Please read the first few paragraphs of the above-mentioned article to see what BP is doing elsewhere while our attention is focused on the Gulf of Mexico.

    Judie Ashford

  16. Carey McConnell says:

    To Ken T:
    I was very intrigued by your statement; however, apparently the size of the Dakota/Montana reserves are an Urban Myth (or maybe a Rural Myth). Go here for the scoop: http://hubpages.com/hub/HUGE-O.....VES-HIDDEN.

  17. Kenneth says:

    If you drive a car you will buy gasoline, today.
    If you drive you will have an accident someday.
    BP had a lou-lou of an accident.
    We have had two Space shuttles blow up or apart.
    An those were rocket scientist.
    Big companies will pay through our pockets not theirs.
    BP, consumers and nature will pay for this spill, like all the other spills of a destructive nature.
    As long as petrochemicals are our main fountain of progress this type of accident will happen.
    You can vote out these idiots for another group of idiots if you like but the nature of the game will not change, just the players.

  18. concerned citizen says:

    Oil reserves. There are proven reserves of oil in that general part of the continent, BUT they are within shale and or sand deposits and not in a liquid state. Getting the oil out is a lot more expensive. Some of that oil has been extracted from the ground, but not cost effective.

  19. […] This post was mentioned on Twitter by arizona dennizen, Nick Russell. Nick Russell said: A new Bad Nick Blog post titled Adding Insult To Injury at http://badnickblog.com/?p=568 […]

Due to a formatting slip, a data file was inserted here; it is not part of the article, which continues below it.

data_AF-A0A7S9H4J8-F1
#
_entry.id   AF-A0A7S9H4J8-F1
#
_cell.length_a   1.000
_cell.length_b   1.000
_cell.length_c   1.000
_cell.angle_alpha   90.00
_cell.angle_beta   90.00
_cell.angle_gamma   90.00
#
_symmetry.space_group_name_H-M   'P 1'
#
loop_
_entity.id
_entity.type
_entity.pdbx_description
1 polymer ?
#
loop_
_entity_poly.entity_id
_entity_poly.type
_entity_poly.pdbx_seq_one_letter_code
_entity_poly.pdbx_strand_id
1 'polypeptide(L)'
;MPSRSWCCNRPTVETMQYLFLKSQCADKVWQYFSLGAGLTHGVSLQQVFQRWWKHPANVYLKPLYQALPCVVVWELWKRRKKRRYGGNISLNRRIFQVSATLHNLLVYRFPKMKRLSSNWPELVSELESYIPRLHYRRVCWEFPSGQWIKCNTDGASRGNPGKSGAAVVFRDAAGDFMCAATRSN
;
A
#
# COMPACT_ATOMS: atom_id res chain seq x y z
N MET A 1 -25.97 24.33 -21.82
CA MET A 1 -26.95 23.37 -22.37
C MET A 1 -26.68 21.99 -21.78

20. ken turner says:

    Carey; maby someone should tell Canada about this myth,as the story goes ,They have been taking thousands of gal.or more out of this same MYTH oil field.The only thing I could find out about your scoop was a myth it didn’t come up on my PC ken T

  21. Connie Braidh says:

    BP plc is a global company. It is registered in England and Wales. It’s international headquarters is 1 St James Square, London, England (see http://www.bp.com). Look under products and Services. They are a very diverse company. If we put taxes/ fines on them, they will spread costs across the spectrum of their products. If they raise prices 1 or 2 cents for fuel, other companies will follow suit (haven’t you seen them do it time and time again? I have.) So we will not only pay for the tax/fine but also to increase profit for other companies. Have you noticed the small one owner gas station is gone? The large companies squeezed them out. Also the large old companies have many times been in trouble for controlling prices at the pump. I am not saying we should just grin and bear it, but I do think we need to understand the system and how it works. Just saying, “Make big business pay.” is unrealistic and not really possible. So what is the solution? Not sure but a combination of government and big business working together to control these occasional disasters would be good. Now that’s a novel idea.